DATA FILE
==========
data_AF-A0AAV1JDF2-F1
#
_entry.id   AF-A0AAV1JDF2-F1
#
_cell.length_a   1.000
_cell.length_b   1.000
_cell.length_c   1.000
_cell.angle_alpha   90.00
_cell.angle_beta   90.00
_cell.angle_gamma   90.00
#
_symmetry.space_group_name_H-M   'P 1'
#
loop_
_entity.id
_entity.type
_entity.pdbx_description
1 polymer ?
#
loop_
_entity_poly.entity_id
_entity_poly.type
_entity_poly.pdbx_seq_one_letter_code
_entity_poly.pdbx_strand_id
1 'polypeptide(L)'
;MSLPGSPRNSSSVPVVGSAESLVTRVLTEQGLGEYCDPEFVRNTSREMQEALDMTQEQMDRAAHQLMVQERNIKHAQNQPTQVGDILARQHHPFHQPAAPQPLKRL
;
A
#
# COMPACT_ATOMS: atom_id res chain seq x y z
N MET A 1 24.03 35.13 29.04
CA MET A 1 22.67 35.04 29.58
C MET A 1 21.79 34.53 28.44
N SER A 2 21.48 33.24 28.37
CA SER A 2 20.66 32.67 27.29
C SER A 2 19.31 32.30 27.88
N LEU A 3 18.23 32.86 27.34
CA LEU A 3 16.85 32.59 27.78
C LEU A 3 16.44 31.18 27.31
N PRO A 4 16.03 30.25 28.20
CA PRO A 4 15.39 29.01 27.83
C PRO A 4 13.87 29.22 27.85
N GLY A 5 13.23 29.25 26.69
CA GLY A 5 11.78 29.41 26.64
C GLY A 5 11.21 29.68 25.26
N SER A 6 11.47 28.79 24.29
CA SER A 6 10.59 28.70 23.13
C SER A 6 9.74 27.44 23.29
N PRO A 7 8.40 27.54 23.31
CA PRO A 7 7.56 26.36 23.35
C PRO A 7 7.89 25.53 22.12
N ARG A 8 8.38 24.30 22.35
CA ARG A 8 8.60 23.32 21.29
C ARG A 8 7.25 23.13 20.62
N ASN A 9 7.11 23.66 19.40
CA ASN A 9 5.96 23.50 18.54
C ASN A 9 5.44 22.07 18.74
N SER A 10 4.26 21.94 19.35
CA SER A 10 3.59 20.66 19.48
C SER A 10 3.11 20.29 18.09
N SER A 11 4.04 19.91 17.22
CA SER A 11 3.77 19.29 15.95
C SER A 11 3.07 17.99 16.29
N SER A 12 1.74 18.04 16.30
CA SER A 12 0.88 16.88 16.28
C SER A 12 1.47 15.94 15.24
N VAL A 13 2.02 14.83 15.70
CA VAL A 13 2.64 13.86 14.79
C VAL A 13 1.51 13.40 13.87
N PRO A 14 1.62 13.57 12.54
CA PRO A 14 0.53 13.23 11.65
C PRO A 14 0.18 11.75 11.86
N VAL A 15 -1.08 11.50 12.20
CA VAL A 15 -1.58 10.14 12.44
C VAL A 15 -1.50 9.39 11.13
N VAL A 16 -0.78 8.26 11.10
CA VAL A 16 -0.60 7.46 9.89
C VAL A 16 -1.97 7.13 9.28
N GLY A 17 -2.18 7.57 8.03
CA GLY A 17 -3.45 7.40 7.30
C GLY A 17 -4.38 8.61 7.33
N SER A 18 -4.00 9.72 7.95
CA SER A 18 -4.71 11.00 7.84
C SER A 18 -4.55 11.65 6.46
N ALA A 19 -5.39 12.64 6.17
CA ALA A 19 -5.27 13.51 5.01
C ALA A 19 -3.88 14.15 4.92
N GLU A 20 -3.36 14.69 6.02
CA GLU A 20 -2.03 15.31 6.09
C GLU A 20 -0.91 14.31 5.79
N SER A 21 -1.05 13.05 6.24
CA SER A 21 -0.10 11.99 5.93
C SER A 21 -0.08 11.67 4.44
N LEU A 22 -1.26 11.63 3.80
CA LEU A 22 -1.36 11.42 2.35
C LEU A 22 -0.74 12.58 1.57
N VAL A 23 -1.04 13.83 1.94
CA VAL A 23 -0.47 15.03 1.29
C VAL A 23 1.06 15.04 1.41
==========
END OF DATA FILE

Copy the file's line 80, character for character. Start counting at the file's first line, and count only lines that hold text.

CA GLY A 17 -3.45 7.40 7.30